Hail to thee blithe Ken
Laurie Taylor on the delight of being (mostly) right
At the suburban drama school I attended in the early sixties there was a compulsory second year course called Verse Speaking. In line with contemporary pedagogic practice I should perhaps give an extended account of its principal goals and strategic objectives but for the life of me I can't remember it involving anything much more than alphabetically sorted students learning a poem by heart, reciting it in front of the class, and then sitting back and waiting to receive critical comments from Mr AG Tugson, the course tutor. There are certain objective criteria that can be brought to bear upon public verse speaking. No one could possibly object, for example, if marks were deducted for failing to remember the poem, or for muddling up the verses, or for serious errors of pronunciation. (I vividly
remember the day when my fellow student, Iris Lowles, was docked a whole ten marks for calling Shelley's skylark a BLITH rather than a BLITHE spirit). But if a speaker failed to commit any such objective errors then their mark depended entirely upon Mr Tugson's subjective assessment of the reciter's capture of what he called the 'spirit of the poet'. This was invariably negative. Speakers who had given a word perfect rendition of 'Sonnet upon Westminster Bridge', would be told that their efforts were all in vain because they were 'not really Wordsworth'.
Tugson had, it seemed, a pretty direct line to most poets' true voices. Over time we learned that to be 'really Shelley' it was necessary to convey a sense of breathless urgency: "Hail-to-thee-blithe-spirit-Bird-thou-never-wert", while 'really Keats' required all the words to be rolled around in the mouth as though they were particularly delicious chocolates: "Sheason of mishts and meyellow froootfullnesss".
Even though at the time I had a mild suspicion that Tugson was a fat charlatan, I found myself trying to succeed where all others had failed by sticking to the letter of his requirements. So when the day came for my rendition of TS Eliot's 'Rhapsody on a Windy Night', I was not only word perfect but also took great care to make the poem 'really Eliot' by imbuing it with the 'unemotional intellectualism' that Tugson had previously declared to be Eliot's distinctive spirit.
By the time I'd reached the end of the poem "The last twist of the knife" I could sense that he had, despite himself, been thoroughly impressed. All the words had been fully present and correctly pronounced; all the line-end pauses and caesuras had been properly respected. And not once had I sounded anything other than 'unemotional' and 'intellectual'.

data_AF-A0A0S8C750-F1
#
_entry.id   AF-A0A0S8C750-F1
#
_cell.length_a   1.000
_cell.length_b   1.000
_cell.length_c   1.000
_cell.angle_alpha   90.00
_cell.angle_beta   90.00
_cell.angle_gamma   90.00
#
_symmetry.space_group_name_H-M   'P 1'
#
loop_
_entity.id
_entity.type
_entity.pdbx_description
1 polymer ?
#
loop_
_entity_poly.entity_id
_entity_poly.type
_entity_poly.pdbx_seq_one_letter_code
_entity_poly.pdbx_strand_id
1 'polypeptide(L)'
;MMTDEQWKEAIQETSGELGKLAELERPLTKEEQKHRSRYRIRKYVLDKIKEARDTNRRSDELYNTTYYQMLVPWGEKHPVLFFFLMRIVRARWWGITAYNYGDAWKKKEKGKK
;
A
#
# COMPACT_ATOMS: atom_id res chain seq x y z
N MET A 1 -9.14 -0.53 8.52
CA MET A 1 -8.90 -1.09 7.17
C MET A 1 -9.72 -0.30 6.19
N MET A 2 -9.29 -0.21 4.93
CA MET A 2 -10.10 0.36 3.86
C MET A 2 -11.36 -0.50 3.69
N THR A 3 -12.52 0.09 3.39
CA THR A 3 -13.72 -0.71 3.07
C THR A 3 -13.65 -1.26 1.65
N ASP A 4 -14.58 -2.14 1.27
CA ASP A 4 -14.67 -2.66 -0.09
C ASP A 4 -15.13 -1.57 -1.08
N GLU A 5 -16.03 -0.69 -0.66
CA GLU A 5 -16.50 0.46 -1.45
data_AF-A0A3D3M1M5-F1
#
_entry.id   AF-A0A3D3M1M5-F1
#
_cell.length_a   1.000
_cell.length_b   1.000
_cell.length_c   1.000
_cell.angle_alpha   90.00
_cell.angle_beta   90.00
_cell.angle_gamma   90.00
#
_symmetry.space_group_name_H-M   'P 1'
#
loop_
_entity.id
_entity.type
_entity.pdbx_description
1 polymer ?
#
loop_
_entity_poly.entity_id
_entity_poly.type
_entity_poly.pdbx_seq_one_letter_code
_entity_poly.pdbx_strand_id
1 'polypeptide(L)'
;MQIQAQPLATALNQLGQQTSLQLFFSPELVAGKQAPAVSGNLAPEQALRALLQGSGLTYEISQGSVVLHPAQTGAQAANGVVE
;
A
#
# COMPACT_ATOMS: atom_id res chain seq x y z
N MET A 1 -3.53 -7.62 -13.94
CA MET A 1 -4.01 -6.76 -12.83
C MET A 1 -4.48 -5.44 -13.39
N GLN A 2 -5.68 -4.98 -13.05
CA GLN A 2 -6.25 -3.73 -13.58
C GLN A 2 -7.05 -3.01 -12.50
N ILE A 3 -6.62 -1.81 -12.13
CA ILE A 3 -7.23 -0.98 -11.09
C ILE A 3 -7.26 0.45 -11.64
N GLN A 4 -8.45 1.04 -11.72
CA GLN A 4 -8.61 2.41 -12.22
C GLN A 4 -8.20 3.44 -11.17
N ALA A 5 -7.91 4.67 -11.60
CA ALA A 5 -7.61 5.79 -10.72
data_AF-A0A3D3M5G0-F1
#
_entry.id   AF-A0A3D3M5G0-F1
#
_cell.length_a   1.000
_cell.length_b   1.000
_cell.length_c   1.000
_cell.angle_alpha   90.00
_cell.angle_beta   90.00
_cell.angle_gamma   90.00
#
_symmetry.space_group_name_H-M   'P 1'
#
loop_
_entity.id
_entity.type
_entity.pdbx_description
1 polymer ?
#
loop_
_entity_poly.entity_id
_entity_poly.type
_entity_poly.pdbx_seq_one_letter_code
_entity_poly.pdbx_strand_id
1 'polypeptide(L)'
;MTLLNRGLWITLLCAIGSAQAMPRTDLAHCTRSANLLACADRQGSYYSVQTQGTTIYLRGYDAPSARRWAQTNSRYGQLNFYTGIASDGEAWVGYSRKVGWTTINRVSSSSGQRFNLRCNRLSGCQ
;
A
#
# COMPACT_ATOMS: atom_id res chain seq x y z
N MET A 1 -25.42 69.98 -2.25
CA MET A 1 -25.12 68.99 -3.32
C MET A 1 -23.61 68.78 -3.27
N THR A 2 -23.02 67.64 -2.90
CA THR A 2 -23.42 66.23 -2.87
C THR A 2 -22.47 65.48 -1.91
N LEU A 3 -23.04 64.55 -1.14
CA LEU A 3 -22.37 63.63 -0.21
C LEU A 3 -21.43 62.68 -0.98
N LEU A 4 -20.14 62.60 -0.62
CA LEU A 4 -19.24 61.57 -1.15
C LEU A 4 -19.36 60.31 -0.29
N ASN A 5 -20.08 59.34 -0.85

He was initially at a loss for words. His persistent determination to find fault had suddenly run into the buffers. After a moment's musing, he finally came up with his considered judgement. "Mostly right, Taylor", he said, "Mostly right".
That little phrase has retained a place in the back of my mind as the highest form of approbation that anyone could ever receive. For over 40 years I've gone on wanting to be 'mostly right': mostly right about my chosen career, mostly right about my political views, my choice of partner, my selection of holiday destinations.
Last week the phrase suddenly re-surfaced during one of my routine arguments with a taxi driver about the London congestion charges. Ever since these charges were introduced I've been conducting my own private opinion polls about their relative success from the back of every cab I use. At the beginning every cabbie I talked to was fiercely opposed. They were as impervious to claims of reduced pollution and journey times in central London as Mr Tugson had been to pleas from students for any kind of approval. They brushed aside my stories about how politicians from all over the world were beating a path to Ken Livingstone's door so that they could learn how to follow his example. They were singularly unimpressed by my wider philosophical argument that here at last was an example of a political leader who was prepared in the face of massive public and media hostility to push through a rational solution to what had always before seemed like an intractable problem.
But gradually, as the weeks have gone by, they've begun to concede. The congestion charges, I was told, were 'not bad' for some people. They were working 'better than expected'. And then, last week, during a mid-afternoon journey from Victoria Station to Russell Square came the moment of truth. I was no more than three-quarters of my way through my usual paean of praise to Ken and all his traffic works, when the cabbie loudly interrupted me on the intercom. "No need to bang on, governor," he said. "I reckon that the mayor has got it mostly right."
Next time I run into Mr Livingstone I will make a point of telling him that there really could be no higher praise.